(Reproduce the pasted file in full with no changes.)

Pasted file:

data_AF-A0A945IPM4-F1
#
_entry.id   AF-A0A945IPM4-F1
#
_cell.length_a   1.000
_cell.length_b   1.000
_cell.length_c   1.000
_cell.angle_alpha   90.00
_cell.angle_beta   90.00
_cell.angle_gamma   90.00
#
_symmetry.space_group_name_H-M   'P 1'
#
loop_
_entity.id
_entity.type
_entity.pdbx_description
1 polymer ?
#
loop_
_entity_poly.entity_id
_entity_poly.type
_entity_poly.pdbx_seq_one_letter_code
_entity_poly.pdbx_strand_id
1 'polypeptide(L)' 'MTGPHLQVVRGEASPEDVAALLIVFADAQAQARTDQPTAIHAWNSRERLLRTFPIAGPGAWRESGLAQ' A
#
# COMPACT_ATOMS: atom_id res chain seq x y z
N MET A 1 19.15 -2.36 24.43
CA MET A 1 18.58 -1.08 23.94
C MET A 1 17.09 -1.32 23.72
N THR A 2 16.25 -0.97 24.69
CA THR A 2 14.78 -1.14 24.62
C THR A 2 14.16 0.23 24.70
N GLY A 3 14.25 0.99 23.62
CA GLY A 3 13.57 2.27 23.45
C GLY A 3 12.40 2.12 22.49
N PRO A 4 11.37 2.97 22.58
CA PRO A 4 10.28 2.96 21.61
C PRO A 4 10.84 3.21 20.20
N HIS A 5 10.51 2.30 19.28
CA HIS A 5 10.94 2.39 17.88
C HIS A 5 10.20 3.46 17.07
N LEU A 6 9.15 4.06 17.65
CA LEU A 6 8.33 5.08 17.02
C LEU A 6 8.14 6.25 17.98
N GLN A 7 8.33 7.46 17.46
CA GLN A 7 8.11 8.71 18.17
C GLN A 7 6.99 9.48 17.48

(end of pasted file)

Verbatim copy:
data_AF-A0A945IPM4-F1
#
_entry.id   AF-A0A945IPM4-F1
#
_cell.length_a   1.000
_cell.length_b   1.000
_cell.length_c   1.000
_cell.angle_alpha   90.00
_cell.angle_beta   90.00
_cell.angle_gamma   90.00
#
_symmetry.space_group_name_H-M   'P 1'
#
loop_
_entity.id
_entity.type
_entity.pdbx_description
1 polymer ?
#
loop_
_entity_poly.entity_id
_entity_poly.type
_entity_poly.pdbx_seq_one_letter_code
_entity_poly.pdbx_strand_id
1 'polypeptide(L)' 'MTGPHLQVVRGEASPEDVAALLIVFADAQAQARTDQPTAIHAWNSRERLLRTFPIAGPGAWRESGLAQ' A
#
# COMPACT_ATOMS: atom_id res chain seq x y z
N MET A 1 19.15 -2.36 24.43
CA MET A 1 18.58 -1.08 23.94
C MET A 1 17.09 -1.32 23.72
N THR A 2 16.25 -0.97 24.69
CA THR A 2 14.78 -1.14 24.62
C THR A 2 14.16 0.23 24.70
N GLY A 3 14.25 0.99 23.62
CA GLY A 3 13.57 2.27 23.45
C GLY A 3 12.40 2.12 22.49
N PRO A 4 11.37 2.97 22.58
CA PRO A 4 10.28 2.96 21.61
C PRO A 4 10.84 3.21 20.20
N HIS A 5 10.51 2.30 19.28
CA HIS A 5 10.94 2.39 17.88
C HIS A 5 10.20 3.46 17.07
N LEU A 6 9.15 4.06 17.65
CA LEU A 6 8.33 5.08 17.02
C LEU A 6 8.14 6.25 17.98
N GLN A 7 8.33 7.46 17.46
CA GLN A 7 8.11 8.71 18.17
C GLN A 7 6.99 9.48 17.48